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US-China Market Watch: Trade War, Hollywood-China, Apple Sales

By Angela Bao

Dec. 7, 2018
China's President Xi Jinping and US President Donald Trump during a meeting outside the Great Hall of the People in Beijing
(Photo credit): Artyom Ivanov/TASS/Getty Images

Your monthly roundup of the latest US-China business and industry news.

China makes some trade concessions to U.S.

United States and Chinese officials will meet in Beijing for follow-up trade talks in the second week of January, preceding higher-level talks scheduled for February. After returning from the G20 summit in Argentina, President Trump had stated that United States Trade Representative Robert Lighthizer, with the help of trade advisor Peter Navarro, would be in charge of the negotiations. The New York Times reports that Lighthizer is pushing for substantial changes from China, such as the elimination of forced technology transfers. Lighthizer, who has spent 40 years working with China, is expected to be tough on trade negotiations and wants China to capitulate.

China has made several trade concessions since the G20 summit. On January 1, China lowered import tariffs on over 700 products, in an attempt to cut costs to consumers. China also agreed to temporarily reduce auto tariffs on American-made cars to 15 percent and to suspend the 5 percent tariff on 67 other auto parts. China has recently agreed to a second large purchase of U.S. soybeans. Chinese state-owned companies made their first substantial purchase of American soybeans, over 500,000 tons valued at about $180 million, since China placed a 25 percent retaliatory tariff on the product. However, Reuters reports that the tariffs on soybeans remain intact, which limits the interest from private soybean importers.

China approves more Hollywood film releases

To help reach its box office goals, China ramped up Hollywood movie approvals until as late as the last week of December. The propaganda department wanted to reach at least 60 billion yuan in ticket sales (the equivalent of about US$8.7 billion). That means foreign film imports could be bumped up to 41 this year, up from the standard 34. Bloomberg suggests that the increase implies that Hollywood-China deals won’t be a target if the U.S.-China trade war escalates.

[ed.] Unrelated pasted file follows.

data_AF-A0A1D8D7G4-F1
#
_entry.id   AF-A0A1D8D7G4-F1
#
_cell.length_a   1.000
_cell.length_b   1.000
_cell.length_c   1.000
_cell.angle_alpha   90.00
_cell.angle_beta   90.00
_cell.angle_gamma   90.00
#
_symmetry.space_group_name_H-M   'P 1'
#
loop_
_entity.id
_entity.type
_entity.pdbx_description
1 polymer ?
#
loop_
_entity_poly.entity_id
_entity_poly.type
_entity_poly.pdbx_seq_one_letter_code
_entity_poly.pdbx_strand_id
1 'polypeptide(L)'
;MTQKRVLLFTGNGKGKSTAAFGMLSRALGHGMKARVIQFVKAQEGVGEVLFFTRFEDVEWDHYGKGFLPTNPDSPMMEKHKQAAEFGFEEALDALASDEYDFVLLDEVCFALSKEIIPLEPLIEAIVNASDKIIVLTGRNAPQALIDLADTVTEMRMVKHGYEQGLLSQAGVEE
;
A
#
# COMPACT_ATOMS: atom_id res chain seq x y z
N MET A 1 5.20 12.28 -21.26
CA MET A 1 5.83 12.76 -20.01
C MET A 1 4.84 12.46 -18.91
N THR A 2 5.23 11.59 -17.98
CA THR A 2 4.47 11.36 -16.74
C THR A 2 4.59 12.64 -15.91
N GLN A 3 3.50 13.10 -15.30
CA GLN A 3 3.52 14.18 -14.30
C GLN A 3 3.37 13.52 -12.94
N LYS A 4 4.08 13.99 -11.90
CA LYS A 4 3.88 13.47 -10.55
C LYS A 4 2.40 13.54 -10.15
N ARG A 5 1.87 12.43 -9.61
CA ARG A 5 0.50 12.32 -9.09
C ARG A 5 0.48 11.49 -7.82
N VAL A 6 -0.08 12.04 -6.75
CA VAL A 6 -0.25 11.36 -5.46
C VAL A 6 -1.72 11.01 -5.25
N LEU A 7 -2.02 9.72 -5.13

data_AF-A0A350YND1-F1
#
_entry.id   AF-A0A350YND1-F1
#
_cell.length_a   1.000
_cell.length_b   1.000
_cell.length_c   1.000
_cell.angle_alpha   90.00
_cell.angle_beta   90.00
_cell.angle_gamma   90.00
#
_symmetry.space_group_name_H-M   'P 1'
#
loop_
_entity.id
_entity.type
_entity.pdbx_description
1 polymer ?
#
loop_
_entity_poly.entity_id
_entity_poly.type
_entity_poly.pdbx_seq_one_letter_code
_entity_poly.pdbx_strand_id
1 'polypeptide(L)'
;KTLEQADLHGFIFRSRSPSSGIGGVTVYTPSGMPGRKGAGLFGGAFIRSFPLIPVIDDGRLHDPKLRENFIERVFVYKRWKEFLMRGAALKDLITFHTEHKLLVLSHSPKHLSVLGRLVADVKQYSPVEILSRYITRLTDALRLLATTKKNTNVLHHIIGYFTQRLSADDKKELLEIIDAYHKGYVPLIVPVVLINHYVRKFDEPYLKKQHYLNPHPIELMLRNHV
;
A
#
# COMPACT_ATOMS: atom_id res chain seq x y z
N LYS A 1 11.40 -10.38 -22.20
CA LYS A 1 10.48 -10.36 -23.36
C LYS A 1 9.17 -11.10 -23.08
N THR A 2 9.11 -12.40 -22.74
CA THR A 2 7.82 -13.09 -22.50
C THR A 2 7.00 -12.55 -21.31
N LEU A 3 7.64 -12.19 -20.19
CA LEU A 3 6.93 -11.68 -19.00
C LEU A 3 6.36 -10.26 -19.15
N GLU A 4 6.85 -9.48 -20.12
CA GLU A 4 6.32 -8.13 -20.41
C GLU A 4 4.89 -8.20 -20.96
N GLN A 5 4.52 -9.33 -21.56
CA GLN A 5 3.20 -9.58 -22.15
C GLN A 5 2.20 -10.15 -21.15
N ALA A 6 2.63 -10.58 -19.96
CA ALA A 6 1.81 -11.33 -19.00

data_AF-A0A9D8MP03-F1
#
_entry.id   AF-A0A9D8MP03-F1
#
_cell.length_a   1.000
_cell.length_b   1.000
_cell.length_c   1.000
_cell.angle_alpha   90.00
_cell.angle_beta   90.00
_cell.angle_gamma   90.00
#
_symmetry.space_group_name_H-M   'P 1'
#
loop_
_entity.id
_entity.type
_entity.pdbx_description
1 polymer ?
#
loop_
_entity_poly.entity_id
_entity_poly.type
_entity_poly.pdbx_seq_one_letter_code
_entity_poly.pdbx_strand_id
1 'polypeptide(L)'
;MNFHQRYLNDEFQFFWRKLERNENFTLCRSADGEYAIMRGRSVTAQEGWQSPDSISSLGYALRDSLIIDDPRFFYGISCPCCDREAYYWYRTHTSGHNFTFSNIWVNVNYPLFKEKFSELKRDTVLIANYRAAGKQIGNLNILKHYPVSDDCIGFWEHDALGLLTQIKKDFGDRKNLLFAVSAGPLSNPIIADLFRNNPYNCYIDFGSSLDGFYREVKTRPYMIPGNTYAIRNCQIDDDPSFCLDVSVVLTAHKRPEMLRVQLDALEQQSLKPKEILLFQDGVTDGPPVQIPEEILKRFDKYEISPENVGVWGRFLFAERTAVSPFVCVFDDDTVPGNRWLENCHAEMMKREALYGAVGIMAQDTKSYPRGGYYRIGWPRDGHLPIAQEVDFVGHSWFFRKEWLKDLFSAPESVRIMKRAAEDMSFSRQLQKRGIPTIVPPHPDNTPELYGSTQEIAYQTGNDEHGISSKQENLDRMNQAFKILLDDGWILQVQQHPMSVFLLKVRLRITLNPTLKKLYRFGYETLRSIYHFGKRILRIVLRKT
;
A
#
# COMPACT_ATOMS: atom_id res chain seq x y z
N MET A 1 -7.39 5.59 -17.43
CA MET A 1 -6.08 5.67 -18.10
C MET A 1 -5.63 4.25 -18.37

China’s box office growth slowed to 9 percent in 2018, down from the 13.5 percent growth reported for 2017. Despite the slowdown, 2018 was a banner year for domestically produced Chinese films, which made up over 62 percent of the year’s total ticket sales—up significantly from 53.8 percent in 2017. Deadline attributes China’s year-end increase of Hollywood film imports to their desire to boost box office numbers.

Apple sales slump in China, signaling slowing Chinese economy

Apple announced that it was cutting revenue expectations for the first time in 16 years, due to slowing iPhone sales in China. The surprising announcement signals that China’s economy “is in serious trouble.” In a letter to investors, Apple CEO Tim Cook partially attributed the decline in sales to rising trade tensions between the United States and China, and its impact on the Chinese economy.